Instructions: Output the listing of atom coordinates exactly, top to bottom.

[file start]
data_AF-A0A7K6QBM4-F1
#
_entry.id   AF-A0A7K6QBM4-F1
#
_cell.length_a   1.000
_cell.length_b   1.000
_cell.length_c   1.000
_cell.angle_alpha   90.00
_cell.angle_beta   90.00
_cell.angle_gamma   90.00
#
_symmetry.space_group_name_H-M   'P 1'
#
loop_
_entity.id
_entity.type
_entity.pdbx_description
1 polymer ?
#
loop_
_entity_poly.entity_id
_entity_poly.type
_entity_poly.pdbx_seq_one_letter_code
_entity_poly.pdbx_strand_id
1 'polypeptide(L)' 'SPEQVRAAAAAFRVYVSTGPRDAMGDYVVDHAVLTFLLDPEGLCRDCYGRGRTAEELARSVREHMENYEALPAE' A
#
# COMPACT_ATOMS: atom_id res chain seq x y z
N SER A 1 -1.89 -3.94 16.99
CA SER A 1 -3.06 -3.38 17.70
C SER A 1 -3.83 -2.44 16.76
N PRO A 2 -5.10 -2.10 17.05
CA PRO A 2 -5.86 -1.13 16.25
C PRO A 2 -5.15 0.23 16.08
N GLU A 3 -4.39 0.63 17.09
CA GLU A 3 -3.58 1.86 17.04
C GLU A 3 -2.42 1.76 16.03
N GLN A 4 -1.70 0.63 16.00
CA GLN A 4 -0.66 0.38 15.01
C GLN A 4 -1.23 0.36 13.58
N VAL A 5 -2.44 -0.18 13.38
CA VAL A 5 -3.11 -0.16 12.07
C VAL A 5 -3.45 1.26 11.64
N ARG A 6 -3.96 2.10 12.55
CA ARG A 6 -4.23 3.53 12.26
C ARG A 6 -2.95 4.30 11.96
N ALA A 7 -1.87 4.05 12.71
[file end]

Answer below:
data_AF-A0A7K6QBM4-F1
#
_entry.id   AF-A0A7K6QBM4-F1
#
_cell.length_a   1.000
_cell.length_b   1.000
_cell.length_c   1.000
_cell.angle_alpha   90.00
_cell.angle_beta   90.00
_cell.angle_gamma   90.00
#
_symmetry.space_group_name_H-M   'P 1'
#
loop_
_entity.id
_entity.type
_entity.pdbx_description
1 polymer ?
#
loop_
_entity_poly.entity_id
_entity_poly.type
_entity_poly.pdbx_seq_one_letter_code
_entity_poly.pdbx_strand_id
1 'polypeptide(L)' 'SPEQVRAAAAAFRVYVSTGPRDAMGDYVVDHAVLTFLLDPEGLCRDCYGRGRTAEELARSVREHMENYEALPAE' A
#
# COMPACT_ATOMS: atom_id res chain seq x y z
N SER A 1 -1.89 -3.94 16.99
CA SER A 1 -3.06 -3.38 17.70
C SER A 1 -3.83 -2.44 16.76
N PRO A 2 -5.10 -2.10 17.05
CA PRO A 2 -5.86 -1.13 16.25
C PRO A 2 -5.15 0.23 16.08
N GLU A 3 -4.39 0.63 17.09
CA GLU A 3 -3.58 1.86 17.04
C GLU A 3 -2.42 1.76 16.03
N GLN A 4 -1.70 0.63 16.00
CA GLN A 4 -0.66 0.38 15.01
C GLN A 4 -1.23 0.36 13.58
N VAL A 5 -2.44 -0.18 13.38
CA VAL A 5 -3.11 -0.16 12.07
C VAL A 5 -3.45 1.26 11.64
N ARG A 6 -3.96 2.10 12.55
CA ARG A 6 -4.23 3.53 12.26
C ARG A 6 -2.95 4.30 11.96
N ALA A 7 -1.87 4.05 12.71